Control Exposure With The Screen Blend Mode

There are numerous ways to control local exposure in Photoshop
There are numerous ways to control local exposure in Photoshop, especially when it comes to lightening parts of an image. The beauty of this alternative one is specific areas of the photo can be individually controlled and then revisited nondestructively. If you want to go back and tweak the photo, simply access the brush tool and make the modification.

The first step is to make a duplicate of the background layer. This is essential to apply a Blending Mode. To accomplish this, drag the Background Layer to the Create A New Layer icon. The copy will appear above the Background Layer.

Go to the Layers Blending Mode pull down menu button and drag the cursor to the Multiply mode. Most likely the word NORMAL will appear in the window – this is where you'll change it to MULTIPLY.

You'll notice a significant global lightening to the original photo. The background now looks great but the waterfall is washed out and void of detail.

Modifications to darken the water will be made via the use of a layer mask. To add the layer mask, click on the ADD LAYER MASK icon at the bottom of the layers palette. A white window will appear next to the Background copy.

The magic begins via the use of the paintbrush. Click on the paintbrush tool to access it. In the OPTIONS BAR at the top of the Photoshop screen, set the hardness to 0% and the OPACITY to 40%. Make sure the foreground color on the tool bar is set to black and begin to paint away the local areas that were rendered too light as a result of applying the SCREEN Blend mode.

Build up the effect in increments as every pass of the brush changes the exposure. Vary the strength of the OPACITY to work more or less aggressively. If you go too far, switch the foreground color to white and paint over the area where you need to reverse the effect. Given the look I wanted, note the density changes of the blend mode as they appear on the layer mask. The shaded gray areas illustrate the sections of the photo I painted.




    Wow, that’s a hell of a lot of work for one photo. Was that ‘Before’ image processed in camera raw? Doesn’t look like it. I think you could do all that in ACR.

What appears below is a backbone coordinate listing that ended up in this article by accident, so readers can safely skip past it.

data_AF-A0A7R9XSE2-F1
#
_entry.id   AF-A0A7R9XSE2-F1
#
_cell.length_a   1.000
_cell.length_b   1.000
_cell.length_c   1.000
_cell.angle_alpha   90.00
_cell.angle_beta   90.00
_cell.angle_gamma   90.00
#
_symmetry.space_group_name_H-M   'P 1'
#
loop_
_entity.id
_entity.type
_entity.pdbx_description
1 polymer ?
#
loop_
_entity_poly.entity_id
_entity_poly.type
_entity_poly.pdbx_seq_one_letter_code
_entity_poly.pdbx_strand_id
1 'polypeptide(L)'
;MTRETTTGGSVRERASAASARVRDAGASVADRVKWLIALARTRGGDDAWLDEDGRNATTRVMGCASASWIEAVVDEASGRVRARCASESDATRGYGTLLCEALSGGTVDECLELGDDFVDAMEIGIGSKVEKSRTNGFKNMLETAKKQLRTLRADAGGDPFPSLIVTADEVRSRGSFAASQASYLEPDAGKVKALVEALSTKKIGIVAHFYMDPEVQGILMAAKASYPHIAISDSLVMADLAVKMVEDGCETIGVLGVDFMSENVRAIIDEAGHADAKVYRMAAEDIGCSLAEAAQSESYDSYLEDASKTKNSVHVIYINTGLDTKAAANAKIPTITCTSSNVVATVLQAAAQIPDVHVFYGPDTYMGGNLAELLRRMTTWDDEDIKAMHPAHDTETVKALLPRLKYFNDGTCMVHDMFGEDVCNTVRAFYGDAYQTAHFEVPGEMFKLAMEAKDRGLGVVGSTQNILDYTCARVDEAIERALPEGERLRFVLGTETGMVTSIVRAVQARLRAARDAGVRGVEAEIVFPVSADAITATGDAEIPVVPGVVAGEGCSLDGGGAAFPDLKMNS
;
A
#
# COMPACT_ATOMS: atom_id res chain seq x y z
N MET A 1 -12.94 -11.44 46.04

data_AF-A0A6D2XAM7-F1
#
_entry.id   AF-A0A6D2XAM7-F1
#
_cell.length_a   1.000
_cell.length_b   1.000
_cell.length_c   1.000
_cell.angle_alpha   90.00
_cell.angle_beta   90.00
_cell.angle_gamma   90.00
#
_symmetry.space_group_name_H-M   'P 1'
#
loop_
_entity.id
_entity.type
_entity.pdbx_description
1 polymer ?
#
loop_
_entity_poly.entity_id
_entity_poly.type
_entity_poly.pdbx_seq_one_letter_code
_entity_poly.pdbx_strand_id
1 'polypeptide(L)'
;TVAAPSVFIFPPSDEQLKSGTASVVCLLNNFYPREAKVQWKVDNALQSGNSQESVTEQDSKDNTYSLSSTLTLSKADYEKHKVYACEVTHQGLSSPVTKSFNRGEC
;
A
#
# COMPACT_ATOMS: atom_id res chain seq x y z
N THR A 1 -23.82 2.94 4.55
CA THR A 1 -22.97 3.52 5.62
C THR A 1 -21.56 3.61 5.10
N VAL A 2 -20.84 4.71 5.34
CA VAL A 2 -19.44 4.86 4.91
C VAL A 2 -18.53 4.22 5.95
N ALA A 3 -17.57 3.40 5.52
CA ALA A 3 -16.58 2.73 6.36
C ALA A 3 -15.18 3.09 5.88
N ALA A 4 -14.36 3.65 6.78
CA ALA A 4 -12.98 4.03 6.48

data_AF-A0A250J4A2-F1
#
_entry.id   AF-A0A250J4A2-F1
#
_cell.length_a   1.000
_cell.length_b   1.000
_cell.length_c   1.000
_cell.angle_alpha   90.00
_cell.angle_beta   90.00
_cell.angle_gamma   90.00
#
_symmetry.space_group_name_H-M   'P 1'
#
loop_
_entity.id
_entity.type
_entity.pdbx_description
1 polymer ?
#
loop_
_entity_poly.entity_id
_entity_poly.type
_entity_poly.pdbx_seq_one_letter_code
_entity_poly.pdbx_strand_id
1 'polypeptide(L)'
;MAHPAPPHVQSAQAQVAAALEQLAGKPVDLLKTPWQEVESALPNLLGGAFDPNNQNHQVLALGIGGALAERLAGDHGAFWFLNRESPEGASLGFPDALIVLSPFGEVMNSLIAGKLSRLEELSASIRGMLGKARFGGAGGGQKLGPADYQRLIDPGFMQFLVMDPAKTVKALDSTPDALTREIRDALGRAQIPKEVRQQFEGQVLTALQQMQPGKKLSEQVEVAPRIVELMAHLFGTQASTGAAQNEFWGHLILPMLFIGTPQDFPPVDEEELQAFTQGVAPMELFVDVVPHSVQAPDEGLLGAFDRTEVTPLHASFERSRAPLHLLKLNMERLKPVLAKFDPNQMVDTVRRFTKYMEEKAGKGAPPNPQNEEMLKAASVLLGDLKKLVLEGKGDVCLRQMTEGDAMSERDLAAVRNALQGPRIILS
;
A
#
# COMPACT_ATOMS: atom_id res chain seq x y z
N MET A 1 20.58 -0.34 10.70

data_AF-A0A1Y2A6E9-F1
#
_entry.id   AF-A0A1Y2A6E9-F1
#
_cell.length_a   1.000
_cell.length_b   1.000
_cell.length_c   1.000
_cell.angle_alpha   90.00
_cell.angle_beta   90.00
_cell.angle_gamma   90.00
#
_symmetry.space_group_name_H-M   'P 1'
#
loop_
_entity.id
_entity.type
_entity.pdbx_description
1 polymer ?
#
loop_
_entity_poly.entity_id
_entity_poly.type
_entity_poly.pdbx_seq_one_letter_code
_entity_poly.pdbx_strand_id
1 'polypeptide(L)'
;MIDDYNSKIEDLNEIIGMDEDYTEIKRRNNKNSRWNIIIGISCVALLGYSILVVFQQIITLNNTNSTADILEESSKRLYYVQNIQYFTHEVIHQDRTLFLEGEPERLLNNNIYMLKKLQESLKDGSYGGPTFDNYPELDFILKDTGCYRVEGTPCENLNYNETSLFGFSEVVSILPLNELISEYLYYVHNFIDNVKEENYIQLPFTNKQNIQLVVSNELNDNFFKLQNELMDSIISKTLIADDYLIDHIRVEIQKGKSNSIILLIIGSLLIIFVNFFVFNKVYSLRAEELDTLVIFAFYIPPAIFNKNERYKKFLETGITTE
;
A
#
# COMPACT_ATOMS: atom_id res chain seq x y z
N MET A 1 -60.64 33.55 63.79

There is a small typo in the first instruction. It says change blend mode to “multiply.” I think you meant “screen.”
    There are many ways to tweak photos, and this is an easy way to fix the exposure on select areas.

    Thanks for the above comments – it is not a time consuming process and the finesse with which it’s used, the process can’t be done in ACR.
    Jean – you are absolutely correct. It should say SCREEN in paragraph 3 thanks!

    That “multiply” mode will darken in the same way that “screen” will lighten.
    You do not have to duplicate the background layer and add a mask: you can use an adjustment layer (which comes with a mask) and just change the blending mode.

    Russ – great article and technique. I notice lots of comments about ACR – this cannot be done in ACR but the same “after” result can be created in LightRoom…as always, there are many ways to manage exposure range in an image – this is a great one if you like working with layers and and others exist in LR. It all comes down to what method you are most comfortable with

    You don’t really have to duplicate the layer (which just adds to the file size), just create a levels adj. layer w/o any modifications and use screen mode on it as you wish.

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